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KELLNER: Tourists told to go ‘naked’ to Games to avoid trouble
Visitors to this month’s Olympic Games in Beijing may have more than smog to worry about.
“We can see aggressive espionage” in China, said David Rice, a network security expert who heads the Monterey Group, a cybersecurity consulting firm in Monterey, Calif. “Attendees’ [digital] devices will be embedded or compromised in one way or another,” he warned.
China and the United States perceive communications networks in different ways. In America, such networks are privately held means of personal and business contact. In China, the government owns - and watches - the communications system.
“In China, networks are for state-sponsored monitoring of any type of communications,” Mr. Rice said. He devoted part of a chapter in his new book, “Geekonomics: The Real Cost of Insecure Software” (Addison Wesley, $29.99), to a discussion of how rogue programs can be implanted in electronic devices to wreak havoc.
Already, journalists working at the Olympic Village are reporting that they cannot access Web sites that Chinese authorities deem “unrelated” to the Games, including sites run by dissident political movements. The Times of London reported July 20 that an aide to British Prime Minister Gordon Brown had his BlackBerry phone stolen in Beijing, potentially exposing Mr. Brown’s network to infiltration.
The Beijing Tourism Administration expects the Olympic Games to attract 550,000 international visitors this month. If those visitors bring digital phones, cameras or laptops, they will be prime targets for espionage attempts, Mr. Rice said.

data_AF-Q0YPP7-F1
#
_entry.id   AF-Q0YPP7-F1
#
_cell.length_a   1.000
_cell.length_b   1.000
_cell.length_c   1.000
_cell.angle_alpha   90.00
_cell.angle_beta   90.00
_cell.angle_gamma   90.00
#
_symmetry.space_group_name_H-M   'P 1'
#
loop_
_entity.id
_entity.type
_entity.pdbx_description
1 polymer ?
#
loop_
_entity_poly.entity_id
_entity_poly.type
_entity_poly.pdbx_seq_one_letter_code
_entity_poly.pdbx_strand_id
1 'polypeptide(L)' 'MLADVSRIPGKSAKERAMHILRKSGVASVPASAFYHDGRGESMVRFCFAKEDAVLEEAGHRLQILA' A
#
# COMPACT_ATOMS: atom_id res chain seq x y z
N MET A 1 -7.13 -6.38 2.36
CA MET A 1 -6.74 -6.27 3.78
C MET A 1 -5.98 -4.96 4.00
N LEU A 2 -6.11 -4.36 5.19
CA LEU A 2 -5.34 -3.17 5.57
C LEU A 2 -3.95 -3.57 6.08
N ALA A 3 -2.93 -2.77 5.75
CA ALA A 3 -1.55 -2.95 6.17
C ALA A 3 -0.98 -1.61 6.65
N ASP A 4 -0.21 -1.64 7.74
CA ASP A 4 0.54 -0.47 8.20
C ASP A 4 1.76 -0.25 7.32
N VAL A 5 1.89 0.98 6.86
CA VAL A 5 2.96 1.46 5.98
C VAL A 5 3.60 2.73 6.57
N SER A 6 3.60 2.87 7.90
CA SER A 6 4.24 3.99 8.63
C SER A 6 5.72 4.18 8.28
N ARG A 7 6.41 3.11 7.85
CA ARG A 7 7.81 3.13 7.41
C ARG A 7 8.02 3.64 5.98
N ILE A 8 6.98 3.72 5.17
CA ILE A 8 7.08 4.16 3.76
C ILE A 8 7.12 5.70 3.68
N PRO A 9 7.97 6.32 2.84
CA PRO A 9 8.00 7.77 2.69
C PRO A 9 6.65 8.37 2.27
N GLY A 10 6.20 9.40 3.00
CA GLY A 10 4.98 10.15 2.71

While a visitor might wonder, “‘Who’s going to hack my computer? I’m an employee of a food service company,’” Mr. Rice said even visitors such as those would be of interest to Chinese authorities.
“It’s not if you think you’re a target, it’s if they think you’re a target,” Mr. Rice said. “It’s hard to overstate the aggressiveness of the type of techniques. This is the reality of cyberwarfare and cyberespionage in the 21st century.”
Mr. Rice cited the case of a food service company employee’s computer being hacked so that agents of the People’s Liberation Army could access e-mail systems of that company’s customers, reportedly including a government contractor.
What to do? Go “naked” to the Games, Mr. Rice said. Don’t bring your usual cell phone, camera or computer. Buy disposable phones and cameras. If you must bring hardware to Beijing, make it something you can throw away after you use it.
“With a little bit of awareness, the typical Olympic traveler can have a wonderful event,” Mr. Rice said.
The difference in today’s espionage, Mr. Rice said, is that the Chinese are looking for ways to gain economic advantage. During the Cold War, Soviet spies had other goals in mind.
“This is a difference that the Chinese learned that the Soviets didn’t. The Soviets stole every secret NATO had - but they were a Third World country competing against First World nations,” Mr. Rice said. Today, “the Chinese are an emerging nation that doesn’t have the same backward economic or manufacturing outlook.”
And, no, Mr. Rice said he’s not attending the Games in Beijing, with or without any electronics.
About the Author
Mark A. Kellner is a religion columnist for The Washington Times. He can be reached at email@example.com.
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